Explain that labile emotions are not unusual. Problem-solve ways to deal with these feelings.

Note presence of depression/impaired thought processes, expressions of suicidal ideation (evaluate on a scale of 1–10).

Assess interaction between patient and SO. Note changes in relationship.

Provide open environment for patient/SO to discuss concerns about sexuality, including management of fatigue, spasticity, arousal, and changes in sensation.

Discuss use of medications and adjuncts to improve sexual function.


Consult with occupational therapist/rehabilitation team.


Confronting patient with reality of situation may result in increased anxiety and lessened ability to cope with changed self-concept/role.

Nature of the disease leads to ongoing losses and changes in all aspects of life, blocking resolution of grieving process.

When patient learns about disease and becomes aware that own behavior (including feeling hopeful/maintaining a positive attitude) can significantly improve general well-being and daily functioning, patient may feel more in control, enhancing sense of self-esteem. Note: Some patients may never have a remission.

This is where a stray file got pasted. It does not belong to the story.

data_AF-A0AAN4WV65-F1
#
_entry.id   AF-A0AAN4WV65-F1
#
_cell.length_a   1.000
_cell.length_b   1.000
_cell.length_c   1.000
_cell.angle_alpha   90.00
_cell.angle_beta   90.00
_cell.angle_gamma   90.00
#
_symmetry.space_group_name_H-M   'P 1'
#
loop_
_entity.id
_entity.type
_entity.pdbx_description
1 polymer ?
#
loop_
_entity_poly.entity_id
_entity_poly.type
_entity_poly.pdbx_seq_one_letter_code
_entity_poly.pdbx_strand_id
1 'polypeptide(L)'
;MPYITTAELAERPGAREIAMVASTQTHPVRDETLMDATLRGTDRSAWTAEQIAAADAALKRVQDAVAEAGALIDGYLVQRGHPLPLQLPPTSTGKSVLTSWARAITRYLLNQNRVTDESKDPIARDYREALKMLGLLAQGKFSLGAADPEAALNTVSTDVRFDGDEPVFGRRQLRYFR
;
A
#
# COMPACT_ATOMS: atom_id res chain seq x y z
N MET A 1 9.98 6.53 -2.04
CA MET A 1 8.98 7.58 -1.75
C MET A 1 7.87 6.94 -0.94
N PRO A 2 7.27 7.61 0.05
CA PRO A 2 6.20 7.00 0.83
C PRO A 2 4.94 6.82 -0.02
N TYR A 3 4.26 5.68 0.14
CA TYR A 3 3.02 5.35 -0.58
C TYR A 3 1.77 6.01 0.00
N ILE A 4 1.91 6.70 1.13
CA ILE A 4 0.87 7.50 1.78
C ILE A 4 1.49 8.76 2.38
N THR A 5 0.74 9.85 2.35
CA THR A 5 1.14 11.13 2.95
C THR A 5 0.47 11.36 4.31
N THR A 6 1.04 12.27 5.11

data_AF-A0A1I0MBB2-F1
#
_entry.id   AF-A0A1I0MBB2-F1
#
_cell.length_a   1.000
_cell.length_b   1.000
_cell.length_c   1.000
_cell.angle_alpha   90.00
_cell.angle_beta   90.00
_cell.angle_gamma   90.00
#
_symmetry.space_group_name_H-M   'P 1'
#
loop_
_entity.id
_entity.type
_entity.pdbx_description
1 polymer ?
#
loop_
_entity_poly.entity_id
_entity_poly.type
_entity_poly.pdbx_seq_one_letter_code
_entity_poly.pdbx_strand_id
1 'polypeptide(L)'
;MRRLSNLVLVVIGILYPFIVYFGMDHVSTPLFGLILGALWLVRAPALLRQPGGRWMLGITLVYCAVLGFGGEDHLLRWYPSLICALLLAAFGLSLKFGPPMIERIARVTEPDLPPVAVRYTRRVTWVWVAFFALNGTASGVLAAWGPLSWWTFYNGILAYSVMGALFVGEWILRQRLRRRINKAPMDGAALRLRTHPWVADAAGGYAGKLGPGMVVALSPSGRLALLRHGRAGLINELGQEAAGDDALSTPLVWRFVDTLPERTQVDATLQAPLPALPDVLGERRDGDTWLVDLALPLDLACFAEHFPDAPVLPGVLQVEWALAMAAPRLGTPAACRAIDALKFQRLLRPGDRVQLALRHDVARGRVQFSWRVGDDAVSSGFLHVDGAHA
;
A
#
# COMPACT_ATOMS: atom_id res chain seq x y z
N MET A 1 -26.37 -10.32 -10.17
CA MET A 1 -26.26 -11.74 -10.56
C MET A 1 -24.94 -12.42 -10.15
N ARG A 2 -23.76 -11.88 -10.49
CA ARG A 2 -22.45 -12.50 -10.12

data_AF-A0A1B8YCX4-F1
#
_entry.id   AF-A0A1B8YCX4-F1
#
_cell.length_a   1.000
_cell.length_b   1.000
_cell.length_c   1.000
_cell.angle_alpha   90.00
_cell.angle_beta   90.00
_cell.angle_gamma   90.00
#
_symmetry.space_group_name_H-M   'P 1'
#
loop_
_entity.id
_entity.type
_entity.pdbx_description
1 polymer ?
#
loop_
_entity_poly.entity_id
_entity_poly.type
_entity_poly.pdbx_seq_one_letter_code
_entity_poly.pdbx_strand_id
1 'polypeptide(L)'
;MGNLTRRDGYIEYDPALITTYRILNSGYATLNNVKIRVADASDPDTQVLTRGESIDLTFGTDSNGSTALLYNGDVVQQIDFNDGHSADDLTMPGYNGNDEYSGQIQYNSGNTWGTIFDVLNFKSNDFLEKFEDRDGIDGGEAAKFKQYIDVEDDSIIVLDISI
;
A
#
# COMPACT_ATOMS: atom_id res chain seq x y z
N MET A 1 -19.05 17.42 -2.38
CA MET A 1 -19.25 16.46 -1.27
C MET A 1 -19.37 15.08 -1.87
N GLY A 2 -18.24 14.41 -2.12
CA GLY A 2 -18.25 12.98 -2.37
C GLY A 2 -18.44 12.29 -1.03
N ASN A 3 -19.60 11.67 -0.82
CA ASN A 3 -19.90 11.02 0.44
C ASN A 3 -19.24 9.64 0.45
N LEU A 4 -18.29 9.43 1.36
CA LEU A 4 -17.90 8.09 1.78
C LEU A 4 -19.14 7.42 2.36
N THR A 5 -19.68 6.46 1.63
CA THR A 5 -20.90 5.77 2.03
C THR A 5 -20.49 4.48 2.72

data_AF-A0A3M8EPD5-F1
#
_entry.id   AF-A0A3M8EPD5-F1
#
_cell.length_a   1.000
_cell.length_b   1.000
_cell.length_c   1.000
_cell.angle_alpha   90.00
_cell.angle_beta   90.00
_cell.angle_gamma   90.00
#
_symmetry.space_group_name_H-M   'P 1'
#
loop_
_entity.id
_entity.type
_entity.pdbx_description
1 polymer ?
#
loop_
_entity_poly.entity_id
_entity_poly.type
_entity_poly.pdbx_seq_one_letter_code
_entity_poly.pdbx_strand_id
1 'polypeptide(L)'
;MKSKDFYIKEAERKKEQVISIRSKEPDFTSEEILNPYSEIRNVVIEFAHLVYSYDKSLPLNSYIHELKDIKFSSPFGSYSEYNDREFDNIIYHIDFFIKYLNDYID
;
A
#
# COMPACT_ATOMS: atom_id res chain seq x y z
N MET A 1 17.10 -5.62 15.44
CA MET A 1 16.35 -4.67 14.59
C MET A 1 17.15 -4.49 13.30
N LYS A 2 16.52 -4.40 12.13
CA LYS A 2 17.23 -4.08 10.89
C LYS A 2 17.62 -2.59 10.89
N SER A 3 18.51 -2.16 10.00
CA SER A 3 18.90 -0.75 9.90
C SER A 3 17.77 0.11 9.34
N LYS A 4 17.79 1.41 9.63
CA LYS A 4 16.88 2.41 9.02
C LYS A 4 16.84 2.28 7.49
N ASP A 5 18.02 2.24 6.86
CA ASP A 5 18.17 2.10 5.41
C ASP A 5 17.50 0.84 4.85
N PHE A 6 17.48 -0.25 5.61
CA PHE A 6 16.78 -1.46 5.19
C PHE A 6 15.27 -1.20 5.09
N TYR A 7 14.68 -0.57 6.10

Helps patient stay in the “here and now,” reduces fear of the unknown; provides reference source for future use.

Relieves anxiety and assists with efforts to manage unexpected emotional displays.

Adapting to a long-term, progressively debilitating incurable disease is a difficult emotional adjustment. In addition, cognitive impairment may affect adaptation to life changes. A depressed individual may believe that suicide is the best way to deal with what is happening.

SO may unconsciously/consciously reinforce negative attitudes and beliefs of patient, or issues of secondary gain may interfere with progress and ability to manage situation.

Physical and psychological changes often create stressors within the relationship, affecting usual roles/expectations, further impairing self-concept.

Patient and partner may want to explore trial of medications (e.g., papaverine [Pavabid], dinoprostone [Prostin E2]) or other avenues of improving sexual relationship.

Identifying assistive devices/equipment enhances level of overall function and participation in activities, enhancing sense of well-being and viewing self as a capable individual.


Self-Esteem Enhancement (NIC)


Refer to psychiatric clinical nurse specialist, social worker, psychologist as indicated.


May require more in-depth/supportive counseling to resolve conflicts, deal with life changes.

NURSING DIAGNOSIS: Powerlessness [specify degree]/Hopelessness

May be related to

Illness-related regimen, unpredictability of disease

Lifestyle of helplessness

Possibly evidenced by

Verbal expressions of having no control or influence over situation

Depression over physical deterioration that occurs despite patient compliance with regimen

Nonparticipation in care or decision making when opportunities are provided

Passivity, decreased verbalization/affect

Verbal cues (despondent content, “I can’t,” sighing)

Lack of involvement in care/passively allowing care